Following the Cambridge Analytica controversy and Mark Zuckerberg’s consequent Congress testimony, Facebook is putting – or at least trying to put – measures in place to reduce data abuse through its platform.
On March 21, Facebook announced the following developments as part of its crackdown on platform abuse:
- Investigate all apps that had access to large amounts of information before 2014 and ban developers that misused personally identifiable information
- Inform affected users and in the future inform any users of apps that are banned
- Turn off access for apps that haven’t been used in the last three months
- Apps requesting a Facebook login will only receive the user’s name, profile photo and email address. Any more data will require Facebook’s approval.
- Make it easier for people to manage their apps
- Expand the existing ‘bug bounty’ program that encourages users to report a “security vulnerability” on Facebook or any of its other platforms
Now, Facebook has announced the expansion of the ‘bug bounty’ program with a new program called the ‘Data Abuse Bounty Program’. Facebook explains that it differs from the bug bounty program “in that it “follows the data” even if the root cause isn’t a security flaw in Facebook’s code. Bad actors can maliciously collect and abuse Facebook user data even when no security vulnerabilities exist. This program is intended to protect against that abuse.”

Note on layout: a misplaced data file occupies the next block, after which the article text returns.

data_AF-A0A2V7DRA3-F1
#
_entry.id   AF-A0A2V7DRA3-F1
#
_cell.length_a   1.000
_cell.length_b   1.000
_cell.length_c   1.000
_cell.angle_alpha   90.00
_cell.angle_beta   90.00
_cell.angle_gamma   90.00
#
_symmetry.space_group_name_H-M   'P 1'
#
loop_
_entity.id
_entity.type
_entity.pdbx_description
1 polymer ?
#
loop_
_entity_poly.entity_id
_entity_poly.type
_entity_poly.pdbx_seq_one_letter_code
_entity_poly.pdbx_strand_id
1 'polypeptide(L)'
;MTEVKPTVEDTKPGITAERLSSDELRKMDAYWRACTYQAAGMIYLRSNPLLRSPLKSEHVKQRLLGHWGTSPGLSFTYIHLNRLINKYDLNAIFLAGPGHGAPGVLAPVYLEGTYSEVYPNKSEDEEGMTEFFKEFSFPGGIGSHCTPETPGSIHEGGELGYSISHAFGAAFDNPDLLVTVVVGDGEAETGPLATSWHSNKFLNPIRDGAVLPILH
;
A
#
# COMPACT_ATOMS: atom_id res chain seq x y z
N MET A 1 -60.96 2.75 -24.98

In order to submit a report, users must submit the potential through a form on the website. The submission will then be vetted and if Facebook finds it credible it will ask the user for more details to launch a “deeper investigation”. And finally, “We will choose the appropriate enforcement, which may include shutting down the offending platform app, taking legal action or an onsite forensic audit of the company selling or buying the data.”
The bounty amount starts at a minimum of $500, which is applicable if at least 10,000 users have been affected. “We determine bounty amounts based on a variety of factors, including (but not limited to) impact, data exposure, number of affected users and other factors. The higher the impact and/or number of affected users, the higher the bounty.”
“This program will reward people with first-hand knowledge and proof of cases where a Facebook platform app collects and transfers people’s data to another party to be sold, stolen or used for scams or political influence. Just like the bug bounty program, we will reward based on the impact of each report. While there is no maximum, high impact bug reports have garnered as much as $40,000 for people who bring them to our attention,” says Collin Greene, head of product security, Facebook, in a blog post.
He also added that the program is the first of its kind and will be updated and expanded based on feedback.